A HISTORY OF FELLOWSHIP
THE EARLY DAYS
The Young Men's Christian Association, or YMCA as it became known, came to life in London, England in 1844. Originally a place for Christian men to meet for prayer, Bible study and fellowship, the YMCA quickly established itself as a place of spiritual improvement, and soon became a model for similar societies around the world. After a steady growth throughout Great Britain in the early 1850s, the YMCA opened its first North American association in Montreal in November, 1851 followed by another in Boston a month later.
SPREADING THE WORD
With over 350 YMCAs in seven countries, the associations decided to hold their first world conference in Paris in 1855. The conference's primary focus was to actively promote the Young Men's Christian Movement, and with this in mind, it issued what became known as "The Paris Basis," a written guideline on the moral goals of the world alliance. By the early 1900s the YMCA had expanded its role around the world. It opened its doors to men and women of all ages, races and religions and by 1926 there were 10,000 associations. As a non-profit, charitable organization, the YMCA works to better the lives of those who are in need, provide health and fitness facilities, job counselling and training, childcare, short-term accommodation and to better living conditions in underdeveloped countries.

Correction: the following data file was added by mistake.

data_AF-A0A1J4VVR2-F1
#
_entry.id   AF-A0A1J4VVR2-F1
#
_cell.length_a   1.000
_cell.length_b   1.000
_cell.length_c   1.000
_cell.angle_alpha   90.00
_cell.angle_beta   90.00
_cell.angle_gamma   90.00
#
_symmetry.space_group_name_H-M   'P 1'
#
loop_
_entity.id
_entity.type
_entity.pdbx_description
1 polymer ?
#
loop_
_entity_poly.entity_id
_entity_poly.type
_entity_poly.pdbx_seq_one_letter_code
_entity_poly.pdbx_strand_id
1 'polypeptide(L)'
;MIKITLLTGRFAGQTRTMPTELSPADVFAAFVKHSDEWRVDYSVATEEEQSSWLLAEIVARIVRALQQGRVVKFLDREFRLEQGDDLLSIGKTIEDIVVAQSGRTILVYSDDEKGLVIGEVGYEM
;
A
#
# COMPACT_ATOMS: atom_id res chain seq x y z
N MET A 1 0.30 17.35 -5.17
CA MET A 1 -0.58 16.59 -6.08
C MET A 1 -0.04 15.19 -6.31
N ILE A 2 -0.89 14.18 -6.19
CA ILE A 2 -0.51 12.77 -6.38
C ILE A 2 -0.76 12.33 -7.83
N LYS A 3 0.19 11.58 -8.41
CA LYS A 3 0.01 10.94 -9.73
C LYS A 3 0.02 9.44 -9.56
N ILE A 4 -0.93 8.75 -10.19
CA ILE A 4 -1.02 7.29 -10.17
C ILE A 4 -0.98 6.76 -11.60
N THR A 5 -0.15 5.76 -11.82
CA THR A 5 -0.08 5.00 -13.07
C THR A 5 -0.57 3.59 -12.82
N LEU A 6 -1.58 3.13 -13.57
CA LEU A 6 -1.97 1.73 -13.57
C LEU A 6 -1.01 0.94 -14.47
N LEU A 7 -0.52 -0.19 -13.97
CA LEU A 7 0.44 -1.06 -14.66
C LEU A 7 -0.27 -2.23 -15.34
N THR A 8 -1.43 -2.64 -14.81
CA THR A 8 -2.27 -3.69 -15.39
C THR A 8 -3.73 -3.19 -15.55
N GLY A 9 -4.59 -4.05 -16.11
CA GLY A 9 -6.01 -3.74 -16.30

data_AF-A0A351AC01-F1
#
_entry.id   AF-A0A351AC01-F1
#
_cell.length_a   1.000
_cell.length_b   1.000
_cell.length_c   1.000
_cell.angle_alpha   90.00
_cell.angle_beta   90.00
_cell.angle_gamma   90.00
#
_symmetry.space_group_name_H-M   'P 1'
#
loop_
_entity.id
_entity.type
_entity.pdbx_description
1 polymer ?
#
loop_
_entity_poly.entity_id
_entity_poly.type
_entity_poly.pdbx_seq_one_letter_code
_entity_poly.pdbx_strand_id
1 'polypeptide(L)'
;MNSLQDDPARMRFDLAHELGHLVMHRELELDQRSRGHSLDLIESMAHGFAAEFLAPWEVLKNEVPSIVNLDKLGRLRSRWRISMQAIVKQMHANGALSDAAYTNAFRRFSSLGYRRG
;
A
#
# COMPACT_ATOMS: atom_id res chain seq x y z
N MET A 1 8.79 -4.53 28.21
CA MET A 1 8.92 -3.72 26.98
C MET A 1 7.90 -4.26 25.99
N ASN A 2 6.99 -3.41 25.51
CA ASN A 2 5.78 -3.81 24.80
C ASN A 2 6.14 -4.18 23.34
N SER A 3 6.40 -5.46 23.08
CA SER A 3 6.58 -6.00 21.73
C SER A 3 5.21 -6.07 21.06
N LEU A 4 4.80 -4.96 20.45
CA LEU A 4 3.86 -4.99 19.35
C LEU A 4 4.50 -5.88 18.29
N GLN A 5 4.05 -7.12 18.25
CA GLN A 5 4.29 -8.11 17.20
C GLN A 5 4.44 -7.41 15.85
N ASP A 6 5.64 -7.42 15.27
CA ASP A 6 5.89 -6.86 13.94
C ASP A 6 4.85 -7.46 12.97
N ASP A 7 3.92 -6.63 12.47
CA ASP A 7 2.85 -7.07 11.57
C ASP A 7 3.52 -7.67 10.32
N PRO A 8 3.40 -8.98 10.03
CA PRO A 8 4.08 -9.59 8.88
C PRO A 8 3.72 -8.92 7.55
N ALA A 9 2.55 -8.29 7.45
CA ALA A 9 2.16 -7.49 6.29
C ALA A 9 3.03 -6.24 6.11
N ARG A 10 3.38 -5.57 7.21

A CANADIAN PERSPECTIVE
Since forming its own National Council in 1912, YMCA Canada has grown to include 64 associations serving over 250 communities across the country. They provide hundreds of childcare centres and day camps, four outdoor centres, a leadership training centre, two cross-cultural and language centres, plus 28 resident camps. Replacing "The Paris Basis" in 1970 with "The York Basis" which itself was revised in 1995 to promote a more relevant global focus, YMCA Canada offers a whole series of programs that offer support and training to 1.5 million Canadians.
Designed by Hélène L' Heureux of Gottschalk+Ash International in Montreal, this stamp communicates meaning and purpose in a visual way. Taking the universally known letter "Y", Hélène used it as a banner to salute the institution's 150 years of work. Ms. L' Heureux previously worked with Sheri Hancock on Canada Post's Hockey Night in Canada and La Soirée du hockey stamps in the Millennium Collection. Gottschalk+Ash International, which has offices in Montreal, Toronto and Zurich, has an international reputation for brand identity, signage, packaging and print projects.